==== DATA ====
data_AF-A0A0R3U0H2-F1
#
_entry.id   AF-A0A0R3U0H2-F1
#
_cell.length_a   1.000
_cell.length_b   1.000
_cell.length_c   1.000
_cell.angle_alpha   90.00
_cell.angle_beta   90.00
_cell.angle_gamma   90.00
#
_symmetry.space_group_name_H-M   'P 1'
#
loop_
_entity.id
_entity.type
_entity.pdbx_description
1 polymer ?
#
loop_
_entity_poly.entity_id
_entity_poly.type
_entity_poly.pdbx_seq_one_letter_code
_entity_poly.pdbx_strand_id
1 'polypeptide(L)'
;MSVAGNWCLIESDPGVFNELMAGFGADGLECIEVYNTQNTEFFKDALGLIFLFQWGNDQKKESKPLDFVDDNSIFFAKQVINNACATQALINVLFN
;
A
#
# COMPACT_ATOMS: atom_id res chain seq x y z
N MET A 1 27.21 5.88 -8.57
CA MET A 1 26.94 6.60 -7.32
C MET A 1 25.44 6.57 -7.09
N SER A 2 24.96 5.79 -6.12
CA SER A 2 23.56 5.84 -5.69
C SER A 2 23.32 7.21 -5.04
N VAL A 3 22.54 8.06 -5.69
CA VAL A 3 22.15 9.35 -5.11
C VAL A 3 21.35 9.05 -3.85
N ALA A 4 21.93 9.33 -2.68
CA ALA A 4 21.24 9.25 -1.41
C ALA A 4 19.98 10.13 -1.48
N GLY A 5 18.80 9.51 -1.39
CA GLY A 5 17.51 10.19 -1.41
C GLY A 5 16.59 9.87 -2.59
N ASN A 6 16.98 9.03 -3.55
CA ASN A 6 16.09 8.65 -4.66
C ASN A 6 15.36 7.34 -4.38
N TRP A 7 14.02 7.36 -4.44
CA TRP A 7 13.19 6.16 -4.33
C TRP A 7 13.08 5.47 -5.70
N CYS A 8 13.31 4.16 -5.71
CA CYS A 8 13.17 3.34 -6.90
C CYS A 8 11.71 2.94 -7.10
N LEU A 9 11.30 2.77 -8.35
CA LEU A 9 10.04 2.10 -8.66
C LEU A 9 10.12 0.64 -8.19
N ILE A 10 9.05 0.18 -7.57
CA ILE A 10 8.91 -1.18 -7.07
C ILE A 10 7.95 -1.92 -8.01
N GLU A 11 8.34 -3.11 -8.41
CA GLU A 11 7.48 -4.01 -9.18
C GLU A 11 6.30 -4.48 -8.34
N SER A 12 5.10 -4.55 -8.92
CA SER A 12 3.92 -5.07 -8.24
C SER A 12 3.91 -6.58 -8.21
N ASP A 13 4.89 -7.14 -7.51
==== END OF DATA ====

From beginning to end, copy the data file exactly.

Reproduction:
data_AF-A0A0R3U0H2-F1
#
_entry.id   AF-A0A0R3U0H2-F1
#
_cell.length_a   1.000
_cell.length_b   1.000
_cell.length_c   1.000
_cell.angle_alpha   90.00
_cell.angle_beta   90.00
_cell.angle_gamma   90.00
#
_symmetry.space_group_name_H-M   'P 1'
#
loop_
_entity.id
_entity.type
_entity.pdbx_description
1 polymer ?
#
loop_
_entity_poly.entity_id
_entity_poly.type
_entity_poly.pdbx_seq_one_letter_code
_entity_poly.pdbx_strand_id
1 'polypeptide(L)'
;MSVAGNWCLIESDPGVFNELMAGFGADGLECIEVYNTQNTEFFKDALGLIFLFQWGNDQKKESKPLDFVDDNSIFFAKQVINNACATQALINVLFN
;
A
#
# COMPACT_ATOMS: atom_id res chain seq x y z
N MET A 1 27.21 5.88 -8.57
CA MET A 1 26.94 6.60 -7.32
C MET A 1 25.44 6.57 -7.09
N SER A 2 24.96 5.79 -6.12
CA SER A 2 23.56 5.84 -5.69
C SER A 2 23.32 7.21 -5.04
N VAL A 3 22.54 8.06 -5.69
CA VAL A 3 22.15 9.35 -5.11
C VAL A 3 21.35 9.05 -3.85
N ALA A 4 21.93 9.33 -2.68
CA ALA A 4 21.24 9.25 -1.41
C ALA A 4 19.98 10.13 -1.48
N GLY A 5 18.80 9.51 -1.39
CA GLY A 5 17.51 10.19 -1.41
C GLY A 5 16.59 9.87 -2.59
N ASN A 6 16.98 9.03 -3.55
CA ASN A 6 16.09 8.65 -4.66
C ASN A 6 15.36 7.34 -4.38
N TRP A 7 14.02 7.36 -4.44
CA TRP A 7 13.19 6.16 -4.33
C TRP A 7 13.08 5.47 -5.70
N CYS A 8 13.31 4.16 -5.71
CA CYS A 8 13.17 3.34 -6.90
C CYS A 8 11.71 2.94 -7.10
N LEU A 9 11.30 2.77 -8.35
CA LEU A 9 10.04 2.10 -8.66
C LEU A 9 10.12 0.64 -8.19
N ILE A 10 9.05 0.18 -7.57
CA ILE A 10 8.91 -1.18 -7.07
C ILE A 10 7.95 -1.92 -8.01
N GLU A 11 8.34 -3.11 -8.41
CA GLU A 11 7.48 -4.01 -9.18
C GLU A 11 6.30 -4.48 -8.34
N SER A 12 5.10 -4.55 -8.92
CA SER A 12 3.92 -5.07 -8.24
C SER A 12 3.91 -6.58 -8.21
N ASP A 13 4.89 -7.14 -7.51